Not exactly. While you may have met the goal of homeownership, your credit remains vitally important. Keeping your scores up can benefit you in a number of ways. Here are 7 reasons you should keep your credit good even after yoursquo;ve bought a house.
Now that yoursquo;ve got that new home, itrsquo;s time to furnish it. If you qualified for a mortgage, therersquo;s a good chance yoursquo;ll also be a good candidate for new store cards. This can be an easy way to spread a large expense over a period of time, but, beware the pitfalls.
ldquo;Store cards or store 0 percent financing deals can enable you to make big-ticket purchases such as furniture, appliances and outdoor fixtures with no interest for several months,rdquo; said CreditCards.com. ldquo;However, many 0 percent deals charge interest on the original purchase amountmdash;often 20 percent or moremdash;if you donrsquo;t pay the entire balance by the end of the promotional period.
Todd Christensen, director of education at Debt Reduction Services, told them: ldquo;A lot of people will just make the minimum payment without thinking, and at the end of 18 months therersquo;s still a 3,000 balance. If they donrsquo;t pay it all off, here comes 25 percent interest back-dated to day one.rdquo;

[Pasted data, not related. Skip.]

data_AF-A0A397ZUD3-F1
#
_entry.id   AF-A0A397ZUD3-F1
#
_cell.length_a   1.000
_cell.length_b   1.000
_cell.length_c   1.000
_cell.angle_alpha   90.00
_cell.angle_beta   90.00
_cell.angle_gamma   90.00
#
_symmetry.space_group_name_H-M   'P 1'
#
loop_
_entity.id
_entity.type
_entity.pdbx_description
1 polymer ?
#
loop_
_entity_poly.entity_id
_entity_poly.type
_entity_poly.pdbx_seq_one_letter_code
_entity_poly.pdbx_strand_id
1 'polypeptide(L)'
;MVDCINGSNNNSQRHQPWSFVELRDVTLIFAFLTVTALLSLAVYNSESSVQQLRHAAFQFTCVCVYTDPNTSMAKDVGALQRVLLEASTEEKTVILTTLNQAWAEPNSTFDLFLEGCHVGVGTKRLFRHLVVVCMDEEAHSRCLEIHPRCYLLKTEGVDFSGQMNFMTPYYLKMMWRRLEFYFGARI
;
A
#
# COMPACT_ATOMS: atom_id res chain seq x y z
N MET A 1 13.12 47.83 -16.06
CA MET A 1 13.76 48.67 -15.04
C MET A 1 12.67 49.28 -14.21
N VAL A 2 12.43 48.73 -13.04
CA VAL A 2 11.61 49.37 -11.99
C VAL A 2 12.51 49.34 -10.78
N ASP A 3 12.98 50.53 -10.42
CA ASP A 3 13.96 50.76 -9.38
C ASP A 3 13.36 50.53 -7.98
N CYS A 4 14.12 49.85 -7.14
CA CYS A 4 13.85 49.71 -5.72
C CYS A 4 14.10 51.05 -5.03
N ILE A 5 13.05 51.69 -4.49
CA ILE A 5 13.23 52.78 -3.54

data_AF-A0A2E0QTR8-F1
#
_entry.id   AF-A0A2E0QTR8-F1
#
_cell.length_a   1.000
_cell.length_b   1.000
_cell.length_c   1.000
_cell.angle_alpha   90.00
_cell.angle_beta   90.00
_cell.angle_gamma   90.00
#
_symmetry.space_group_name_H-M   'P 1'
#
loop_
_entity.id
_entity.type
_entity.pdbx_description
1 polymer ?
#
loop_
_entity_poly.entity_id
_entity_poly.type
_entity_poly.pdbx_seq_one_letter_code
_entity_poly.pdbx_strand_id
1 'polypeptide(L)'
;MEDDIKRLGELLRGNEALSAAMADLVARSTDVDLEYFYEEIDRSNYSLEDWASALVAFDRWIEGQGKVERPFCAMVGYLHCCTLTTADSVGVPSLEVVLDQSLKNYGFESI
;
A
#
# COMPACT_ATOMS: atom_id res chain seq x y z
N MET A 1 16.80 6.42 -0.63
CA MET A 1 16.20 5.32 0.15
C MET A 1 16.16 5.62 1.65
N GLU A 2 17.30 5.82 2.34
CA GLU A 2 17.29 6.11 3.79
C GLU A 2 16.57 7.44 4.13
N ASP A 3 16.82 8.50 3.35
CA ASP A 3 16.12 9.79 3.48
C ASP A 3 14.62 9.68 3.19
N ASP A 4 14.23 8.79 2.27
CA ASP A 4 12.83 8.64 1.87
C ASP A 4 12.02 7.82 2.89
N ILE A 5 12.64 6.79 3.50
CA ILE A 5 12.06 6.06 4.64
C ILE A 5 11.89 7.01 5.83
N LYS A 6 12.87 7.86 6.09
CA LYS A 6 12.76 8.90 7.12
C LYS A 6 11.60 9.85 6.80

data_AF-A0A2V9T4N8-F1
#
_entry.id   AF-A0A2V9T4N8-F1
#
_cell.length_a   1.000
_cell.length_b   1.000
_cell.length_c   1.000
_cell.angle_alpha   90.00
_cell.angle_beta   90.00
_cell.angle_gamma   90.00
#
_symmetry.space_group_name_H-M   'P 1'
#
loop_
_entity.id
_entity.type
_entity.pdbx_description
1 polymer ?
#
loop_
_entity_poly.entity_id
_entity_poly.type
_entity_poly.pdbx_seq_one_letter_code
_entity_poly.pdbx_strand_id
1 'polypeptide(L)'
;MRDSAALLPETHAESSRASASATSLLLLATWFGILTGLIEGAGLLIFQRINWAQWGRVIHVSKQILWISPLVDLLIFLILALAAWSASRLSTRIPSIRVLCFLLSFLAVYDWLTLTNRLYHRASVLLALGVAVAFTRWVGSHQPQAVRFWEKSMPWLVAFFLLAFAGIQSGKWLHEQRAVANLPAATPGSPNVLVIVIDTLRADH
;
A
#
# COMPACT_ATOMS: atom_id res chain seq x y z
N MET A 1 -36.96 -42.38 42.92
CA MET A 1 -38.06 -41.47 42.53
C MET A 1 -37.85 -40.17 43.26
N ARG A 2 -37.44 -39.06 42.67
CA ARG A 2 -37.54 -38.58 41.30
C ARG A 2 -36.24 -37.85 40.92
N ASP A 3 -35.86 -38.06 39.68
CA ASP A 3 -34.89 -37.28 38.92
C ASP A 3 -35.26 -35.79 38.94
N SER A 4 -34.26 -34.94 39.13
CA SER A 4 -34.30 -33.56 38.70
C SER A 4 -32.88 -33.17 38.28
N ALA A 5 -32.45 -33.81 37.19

The best cards are typically reserved for those with the best credit. If you let your credit dip and you want a new credit card, you still might be able to get onemdash;but yoursquo;re not going to get the best rates. You may also be limited to cards that have a hefty annual fee, which will cost you more money.
Cards that offer miles, cash back, or some other perk arenrsquo;t offered to just anyone. If you keep your credit score high enough to snag one, yoursquo;ll love being able to rack up miles to use for travel or apply a cash back bonus to everyday expenses to keep costs down.
Many employers run your credit as part of the hiring process. Let your credit drop and it could keep you from getting a new job.
You never know whatrsquo;s going to happen to interest rates. Maintain your good credit and you may be able to refinance if rates drop.
Defaulting on credit cards wonrsquo;t affect your ability to stay in your home, but if your credit problems extend to your ability to pay your mortgage, you could be looking at foreclosure.
If yoursquo;ve already bought a home, you know that, in order to get the best loan and interest rate, you need to have a good credit score. You can qualify for some loans with a lower score, but itrsquo;ll cost you. ldquo;According to FICO, a homebuyer with a credit score of 760 or higher could paynbsp;nearly 2,500 less per yearnbsp;on a 210,000, 30-year home loan than someone with a score of 620,rdquo; said CreditCards.com.
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